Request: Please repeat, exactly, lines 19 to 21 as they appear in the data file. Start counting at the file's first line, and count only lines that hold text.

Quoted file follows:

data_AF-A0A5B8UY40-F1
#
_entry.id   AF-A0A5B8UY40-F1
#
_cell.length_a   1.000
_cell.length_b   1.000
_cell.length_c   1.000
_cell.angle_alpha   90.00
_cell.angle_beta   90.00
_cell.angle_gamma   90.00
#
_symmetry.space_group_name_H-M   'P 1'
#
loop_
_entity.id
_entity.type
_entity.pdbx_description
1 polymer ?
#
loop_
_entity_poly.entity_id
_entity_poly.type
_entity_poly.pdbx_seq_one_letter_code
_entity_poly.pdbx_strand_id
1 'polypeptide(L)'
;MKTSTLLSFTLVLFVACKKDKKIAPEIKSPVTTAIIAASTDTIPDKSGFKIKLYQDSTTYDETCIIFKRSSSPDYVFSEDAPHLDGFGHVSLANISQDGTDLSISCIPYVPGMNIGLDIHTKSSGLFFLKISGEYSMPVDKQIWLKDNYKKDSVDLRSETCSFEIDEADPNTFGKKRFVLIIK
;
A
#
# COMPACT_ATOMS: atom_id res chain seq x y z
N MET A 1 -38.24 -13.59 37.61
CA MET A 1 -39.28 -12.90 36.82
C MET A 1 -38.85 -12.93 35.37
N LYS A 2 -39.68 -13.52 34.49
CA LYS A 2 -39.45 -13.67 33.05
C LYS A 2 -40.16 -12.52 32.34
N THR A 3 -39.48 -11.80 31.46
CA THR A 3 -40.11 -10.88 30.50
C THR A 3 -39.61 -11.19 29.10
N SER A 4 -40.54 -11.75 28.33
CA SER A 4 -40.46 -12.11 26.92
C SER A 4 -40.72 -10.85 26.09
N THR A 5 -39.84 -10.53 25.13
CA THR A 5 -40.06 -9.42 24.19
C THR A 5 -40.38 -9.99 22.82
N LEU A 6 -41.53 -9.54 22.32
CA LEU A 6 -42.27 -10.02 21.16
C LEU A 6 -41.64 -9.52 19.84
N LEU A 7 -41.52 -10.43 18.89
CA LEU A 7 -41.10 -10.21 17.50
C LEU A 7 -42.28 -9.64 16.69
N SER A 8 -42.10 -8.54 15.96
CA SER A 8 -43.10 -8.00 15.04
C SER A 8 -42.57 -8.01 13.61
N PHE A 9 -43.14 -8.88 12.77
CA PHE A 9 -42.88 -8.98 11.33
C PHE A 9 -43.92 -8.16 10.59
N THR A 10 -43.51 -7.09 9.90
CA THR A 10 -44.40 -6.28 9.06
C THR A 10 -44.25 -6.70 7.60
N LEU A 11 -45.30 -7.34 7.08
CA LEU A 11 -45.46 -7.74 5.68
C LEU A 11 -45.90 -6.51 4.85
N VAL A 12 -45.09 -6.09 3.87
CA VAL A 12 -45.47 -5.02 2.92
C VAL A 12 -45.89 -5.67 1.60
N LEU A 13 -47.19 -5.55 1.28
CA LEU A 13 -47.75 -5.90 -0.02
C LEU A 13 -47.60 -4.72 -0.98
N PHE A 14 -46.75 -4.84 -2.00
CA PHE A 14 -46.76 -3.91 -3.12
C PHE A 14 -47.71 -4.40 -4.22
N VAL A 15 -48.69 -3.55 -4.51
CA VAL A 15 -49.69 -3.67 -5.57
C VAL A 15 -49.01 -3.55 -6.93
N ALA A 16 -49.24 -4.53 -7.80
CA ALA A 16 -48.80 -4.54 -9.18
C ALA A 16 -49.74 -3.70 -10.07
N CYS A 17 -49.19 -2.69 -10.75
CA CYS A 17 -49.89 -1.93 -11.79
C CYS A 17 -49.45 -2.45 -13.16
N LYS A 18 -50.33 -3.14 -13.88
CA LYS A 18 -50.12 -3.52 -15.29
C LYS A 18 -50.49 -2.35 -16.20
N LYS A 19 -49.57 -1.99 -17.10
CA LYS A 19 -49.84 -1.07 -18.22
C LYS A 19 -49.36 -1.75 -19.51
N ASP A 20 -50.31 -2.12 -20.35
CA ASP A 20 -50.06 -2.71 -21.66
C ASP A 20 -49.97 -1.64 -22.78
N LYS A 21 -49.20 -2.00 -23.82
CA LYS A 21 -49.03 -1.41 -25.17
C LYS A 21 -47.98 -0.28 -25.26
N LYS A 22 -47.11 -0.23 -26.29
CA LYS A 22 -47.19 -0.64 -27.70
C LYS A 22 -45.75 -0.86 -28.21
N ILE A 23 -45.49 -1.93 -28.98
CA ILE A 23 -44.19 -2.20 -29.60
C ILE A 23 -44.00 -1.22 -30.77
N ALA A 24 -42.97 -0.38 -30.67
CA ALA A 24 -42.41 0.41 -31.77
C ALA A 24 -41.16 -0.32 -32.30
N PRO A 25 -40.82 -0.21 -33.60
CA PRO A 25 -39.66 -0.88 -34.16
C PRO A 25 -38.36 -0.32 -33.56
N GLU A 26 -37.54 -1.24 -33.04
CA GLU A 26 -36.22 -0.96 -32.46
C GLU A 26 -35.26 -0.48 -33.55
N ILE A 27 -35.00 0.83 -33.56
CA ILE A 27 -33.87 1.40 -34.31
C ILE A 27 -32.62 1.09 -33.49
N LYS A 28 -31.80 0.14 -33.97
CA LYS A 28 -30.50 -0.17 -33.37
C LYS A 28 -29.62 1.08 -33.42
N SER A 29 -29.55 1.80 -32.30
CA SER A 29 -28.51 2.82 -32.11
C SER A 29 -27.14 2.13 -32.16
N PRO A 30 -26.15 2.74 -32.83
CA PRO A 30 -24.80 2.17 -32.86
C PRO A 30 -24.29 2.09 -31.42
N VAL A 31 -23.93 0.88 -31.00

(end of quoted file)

#
loop_
_entity_poly.entity_id